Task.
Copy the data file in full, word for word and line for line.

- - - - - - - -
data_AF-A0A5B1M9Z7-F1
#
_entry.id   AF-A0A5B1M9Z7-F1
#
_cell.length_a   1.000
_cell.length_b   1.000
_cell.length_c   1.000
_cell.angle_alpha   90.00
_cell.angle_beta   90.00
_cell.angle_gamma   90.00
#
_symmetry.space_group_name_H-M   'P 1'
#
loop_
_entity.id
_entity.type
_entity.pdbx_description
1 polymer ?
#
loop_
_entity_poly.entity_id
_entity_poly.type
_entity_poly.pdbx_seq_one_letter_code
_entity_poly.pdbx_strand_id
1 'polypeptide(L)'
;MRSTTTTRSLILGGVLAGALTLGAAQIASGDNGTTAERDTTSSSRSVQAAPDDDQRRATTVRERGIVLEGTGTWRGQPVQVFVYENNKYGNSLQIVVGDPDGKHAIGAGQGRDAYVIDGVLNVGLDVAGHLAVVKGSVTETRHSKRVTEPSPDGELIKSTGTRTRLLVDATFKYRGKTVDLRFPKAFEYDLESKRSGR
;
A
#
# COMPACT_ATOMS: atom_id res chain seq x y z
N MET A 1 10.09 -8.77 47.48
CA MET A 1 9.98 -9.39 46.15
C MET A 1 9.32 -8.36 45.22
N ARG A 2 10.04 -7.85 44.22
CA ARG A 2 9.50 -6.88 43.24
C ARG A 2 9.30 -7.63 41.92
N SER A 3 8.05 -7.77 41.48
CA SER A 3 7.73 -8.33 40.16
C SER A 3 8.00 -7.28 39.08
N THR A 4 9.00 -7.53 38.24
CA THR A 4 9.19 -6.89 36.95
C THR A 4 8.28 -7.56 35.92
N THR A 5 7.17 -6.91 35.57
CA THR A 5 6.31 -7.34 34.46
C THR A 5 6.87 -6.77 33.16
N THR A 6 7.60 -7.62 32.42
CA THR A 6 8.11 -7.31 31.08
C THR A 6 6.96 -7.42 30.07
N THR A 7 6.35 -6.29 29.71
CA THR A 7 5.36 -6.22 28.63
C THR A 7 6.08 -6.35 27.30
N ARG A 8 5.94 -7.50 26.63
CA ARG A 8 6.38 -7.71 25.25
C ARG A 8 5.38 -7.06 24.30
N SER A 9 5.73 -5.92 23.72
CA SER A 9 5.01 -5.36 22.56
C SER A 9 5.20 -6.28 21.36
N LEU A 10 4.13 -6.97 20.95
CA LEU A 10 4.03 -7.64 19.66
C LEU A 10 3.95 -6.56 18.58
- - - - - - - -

data_AF-A0A5B1M9Z7-F1
#
_entry.id   AF-A0A5B1M9Z7-F1
#
_cell.length_a   1.000
_cell.length_b   1.000
_cell.length_c   1.000
_cell.angle_alpha   90.00
_cell.angle_beta   90.00
_cell.angle_gamma   90.00
#
_symmetry.space_group_name_H-M   'P 1'
#
loop_
_entity.id
_entity.type
_entity.pdbx_description
1 polymer ?
#
loop_
_entity_poly.entity_id
_entity_poly.type
_entity_poly.pdbx_seq_one_letter_code
_entity_poly.pdbx_strand_id
1 'polypeptide(L)'
;MRSTTTTRSLILGGVLAGALTLGAAQIASGDNGTTAERDTTSSSRSVQAAPDDDQRRATTVRERGIVLEGTGTWRGQPVQVFVYENNKYGNSLQIVVGDPDGKHAIGAGQGRDAYVIDGVLNVGLDVAGHLAVVKGSVTETRHSKRVTEPSPDGELIKSTGTRTRLLVDATFKYRGKTVDLRFPKAFEYDLESKRSGR
;
A
#
# COMPACT_ATOMS: atom_id res chain seq x y z
N MET A 1 10.09 -8.77 47.48
CA MET A 1 9.98 -9.39 46.15
C MET A 1 9.32 -8.36 45.22
N ARG A 2 10.04 -7.85 44.22
CA ARG A 2 9.50 -6.88 43.24
C ARG A 2 9.30 -7.63 41.92
N SER A 3 8.05 -7.77 41.48
CA SER A 3 7.73 -8.33 40.16
C SER A 3 8.00 -7.28 39.08
N THR A 4 9.00 -7.53 38.24
CA THR A 4 9.19 -6.89 36.95
C THR A 4 8.28 -7.56 35.92
N THR A 5 7.17 -6.91 35.57
CA THR A 5 6.31 -7.34 34.46
C THR A 5 6.87 -6.77 33.16
N THR A 6 7.60 -7.62 32.42
CA THR A 6 8.11 -7.31 31.08
C THR A 6 6.96 -7.42 30.07
N THR A 7 6.35 -6.29 29.71
CA THR A 7 5.36 -6.22 28.63
C THR A 7 6.08 -6.35 27.30
N ARG A 8 5.94 -7.50 26.63
CA ARG A 8 6.38 -7.71 25.25
C ARG A 8 5.38 -7.06 24.30
N SER A 9 5.73 -5.92 23.72
CA SER A 9 5.01 -5.36 22.56
C SER A 9 5.20 -6.28 21.36
N LEU A 10 4.13 -6.97 20.95
CA LEU A 10 4.03 -7.64 19.66
C LEU A 10 3.95 -6.56 18.58